Analysis: Why I'm not sold on mobile video chat

Mobile video chatting hasn't won me over quite yet

Prior to CES, there were only a handful of phones with front-facing cameras: the iPhone 4, the EVO 4G and the T-Mobile myTouch 4G to name a few. This year's CES was all about 4G, for sure, but video chat is definitely one of the apps carriers love to use as an example of how great the next generation of data speeds is.

The majority of new phones we saw (all of which were touting the 4G moniker) sport front-facing cameras in addition to the standard back-facing camera. Many of the phones I got my hands-on had some sort of video chatting software pre-installed such as Skype or Qik (which actually got bought by Skype this week!). In fact, the HTC Thunderbolt has Skype integrated into its HTC Sense interface.

I have a phone with a front-facing camera, but I never use it. Let's face it: It is incredibly awkward to video chat on your phone. And honestly, you look pretty silly holding that phone up to your face. You're just asking to fall into a manhole if you're chatting and walking. At least when you text and walk, you can look away. If you look away while you're video chatting, your buddy is going to think you're pretty rude or refusing eye contact because you're lying. Also-and maybe this is a bit shallow-nobody looks good through a 1.3-megapixel camera. Not even James Franco--not that I've ever videochatted with him.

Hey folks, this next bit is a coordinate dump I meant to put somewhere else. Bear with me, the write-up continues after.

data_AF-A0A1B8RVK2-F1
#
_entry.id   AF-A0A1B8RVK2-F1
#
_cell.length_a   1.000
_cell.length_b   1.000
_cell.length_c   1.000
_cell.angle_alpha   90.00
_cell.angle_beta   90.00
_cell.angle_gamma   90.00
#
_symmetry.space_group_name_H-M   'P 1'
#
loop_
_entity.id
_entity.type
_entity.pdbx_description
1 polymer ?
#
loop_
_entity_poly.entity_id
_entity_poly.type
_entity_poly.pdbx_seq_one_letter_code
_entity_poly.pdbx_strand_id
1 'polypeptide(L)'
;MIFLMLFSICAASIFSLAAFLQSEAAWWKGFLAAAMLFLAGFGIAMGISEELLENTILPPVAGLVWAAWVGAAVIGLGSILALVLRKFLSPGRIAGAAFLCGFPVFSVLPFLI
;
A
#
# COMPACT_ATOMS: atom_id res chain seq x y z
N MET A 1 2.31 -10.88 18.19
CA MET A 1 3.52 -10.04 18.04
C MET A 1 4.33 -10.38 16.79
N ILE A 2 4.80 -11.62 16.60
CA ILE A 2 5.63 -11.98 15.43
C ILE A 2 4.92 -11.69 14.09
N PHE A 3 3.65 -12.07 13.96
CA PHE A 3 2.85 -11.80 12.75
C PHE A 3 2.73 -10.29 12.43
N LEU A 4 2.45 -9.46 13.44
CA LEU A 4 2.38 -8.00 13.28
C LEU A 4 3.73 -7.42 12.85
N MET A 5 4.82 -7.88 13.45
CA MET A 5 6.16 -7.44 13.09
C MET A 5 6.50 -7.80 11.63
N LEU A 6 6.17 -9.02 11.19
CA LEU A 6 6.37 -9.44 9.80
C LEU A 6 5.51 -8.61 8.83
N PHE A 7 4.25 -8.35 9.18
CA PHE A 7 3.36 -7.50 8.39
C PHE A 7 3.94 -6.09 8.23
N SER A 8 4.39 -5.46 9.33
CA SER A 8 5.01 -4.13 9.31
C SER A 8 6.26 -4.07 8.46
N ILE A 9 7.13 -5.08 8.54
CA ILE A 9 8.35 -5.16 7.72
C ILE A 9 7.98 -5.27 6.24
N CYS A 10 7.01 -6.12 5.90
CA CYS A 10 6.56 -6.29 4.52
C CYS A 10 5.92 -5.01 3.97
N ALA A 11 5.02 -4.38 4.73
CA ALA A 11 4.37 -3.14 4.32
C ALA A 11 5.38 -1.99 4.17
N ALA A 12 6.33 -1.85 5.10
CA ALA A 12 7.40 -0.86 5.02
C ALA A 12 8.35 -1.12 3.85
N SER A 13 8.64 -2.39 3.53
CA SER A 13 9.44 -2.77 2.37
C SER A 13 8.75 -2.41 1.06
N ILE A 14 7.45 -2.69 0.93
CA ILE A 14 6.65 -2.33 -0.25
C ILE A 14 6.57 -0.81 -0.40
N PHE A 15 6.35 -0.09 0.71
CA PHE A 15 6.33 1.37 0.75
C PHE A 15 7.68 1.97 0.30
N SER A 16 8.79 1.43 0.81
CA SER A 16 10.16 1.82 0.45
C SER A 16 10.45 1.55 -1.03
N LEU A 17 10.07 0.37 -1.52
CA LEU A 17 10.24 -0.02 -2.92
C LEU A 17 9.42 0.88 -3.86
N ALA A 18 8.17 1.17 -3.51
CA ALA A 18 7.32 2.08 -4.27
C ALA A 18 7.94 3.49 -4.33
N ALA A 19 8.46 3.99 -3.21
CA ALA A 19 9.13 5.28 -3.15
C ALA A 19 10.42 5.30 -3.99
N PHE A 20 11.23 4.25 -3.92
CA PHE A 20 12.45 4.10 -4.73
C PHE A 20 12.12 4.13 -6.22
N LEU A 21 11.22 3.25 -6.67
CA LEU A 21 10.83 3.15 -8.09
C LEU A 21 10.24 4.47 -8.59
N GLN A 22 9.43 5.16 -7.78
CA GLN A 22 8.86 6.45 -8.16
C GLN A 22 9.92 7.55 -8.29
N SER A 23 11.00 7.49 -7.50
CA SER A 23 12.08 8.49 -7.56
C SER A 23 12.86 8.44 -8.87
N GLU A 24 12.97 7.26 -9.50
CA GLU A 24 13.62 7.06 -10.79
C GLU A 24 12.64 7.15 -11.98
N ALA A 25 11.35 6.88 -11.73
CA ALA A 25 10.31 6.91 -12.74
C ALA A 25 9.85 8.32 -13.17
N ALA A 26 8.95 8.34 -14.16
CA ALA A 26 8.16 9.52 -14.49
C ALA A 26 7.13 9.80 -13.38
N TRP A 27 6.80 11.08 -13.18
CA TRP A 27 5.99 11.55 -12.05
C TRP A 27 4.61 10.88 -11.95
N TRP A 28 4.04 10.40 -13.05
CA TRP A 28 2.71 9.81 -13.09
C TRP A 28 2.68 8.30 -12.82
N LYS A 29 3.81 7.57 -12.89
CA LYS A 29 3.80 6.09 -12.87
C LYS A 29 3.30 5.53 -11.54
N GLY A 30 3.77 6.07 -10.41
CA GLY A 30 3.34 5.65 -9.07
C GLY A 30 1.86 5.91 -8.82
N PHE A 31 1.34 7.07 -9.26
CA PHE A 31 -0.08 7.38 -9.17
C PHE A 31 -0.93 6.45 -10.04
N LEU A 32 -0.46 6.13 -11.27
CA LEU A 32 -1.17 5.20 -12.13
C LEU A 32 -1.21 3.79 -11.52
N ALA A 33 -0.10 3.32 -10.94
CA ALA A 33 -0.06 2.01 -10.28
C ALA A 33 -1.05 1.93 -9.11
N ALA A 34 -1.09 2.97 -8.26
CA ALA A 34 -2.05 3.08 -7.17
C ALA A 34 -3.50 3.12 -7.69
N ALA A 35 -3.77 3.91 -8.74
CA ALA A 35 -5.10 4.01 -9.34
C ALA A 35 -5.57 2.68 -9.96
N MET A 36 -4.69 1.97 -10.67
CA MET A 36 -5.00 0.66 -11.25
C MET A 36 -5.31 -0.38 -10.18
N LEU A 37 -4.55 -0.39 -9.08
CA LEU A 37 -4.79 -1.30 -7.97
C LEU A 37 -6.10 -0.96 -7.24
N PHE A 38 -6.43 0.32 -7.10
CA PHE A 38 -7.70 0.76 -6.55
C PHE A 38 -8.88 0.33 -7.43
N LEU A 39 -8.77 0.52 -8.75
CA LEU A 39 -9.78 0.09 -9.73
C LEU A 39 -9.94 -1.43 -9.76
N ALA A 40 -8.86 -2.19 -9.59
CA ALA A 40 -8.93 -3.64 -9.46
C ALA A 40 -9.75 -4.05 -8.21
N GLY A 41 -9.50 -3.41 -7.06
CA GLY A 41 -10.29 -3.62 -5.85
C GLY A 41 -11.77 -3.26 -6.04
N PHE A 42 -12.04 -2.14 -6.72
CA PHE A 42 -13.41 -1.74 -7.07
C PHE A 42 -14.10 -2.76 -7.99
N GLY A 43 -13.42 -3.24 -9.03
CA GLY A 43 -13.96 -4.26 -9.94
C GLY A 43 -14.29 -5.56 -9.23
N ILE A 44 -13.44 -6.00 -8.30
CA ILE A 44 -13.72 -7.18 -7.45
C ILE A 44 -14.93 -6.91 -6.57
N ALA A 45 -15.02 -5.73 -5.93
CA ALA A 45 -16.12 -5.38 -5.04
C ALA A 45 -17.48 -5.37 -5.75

But seriously, it just seems a bit impractical. I video chat with my East Coast friends all the time on my laptop and I love it. I'm comfortable, nobody can hear my conversation (beside my cat) and I can balance my laptop on my lap and not hold it in front of my face.

Plus, the addition of a front-facing camera takes away from valuable display real estate. I want more display and less bezel, gosh darn it! Video chatting-at least on my Android phone-is a major drain on battery life as well.

I spoke with some other mobile bloggers and journalists and they felt the same. We wondered: Is videochatting practical? Or is it just yet another trendy spec that will eventually go away? Would you buy a phone just because it has a front-facing camera?

Check out PCWorld's complete coverage of CES 2011.

Tags CESapplicationsskypeconsumer electronicsPhonessoftwareCES 2011video

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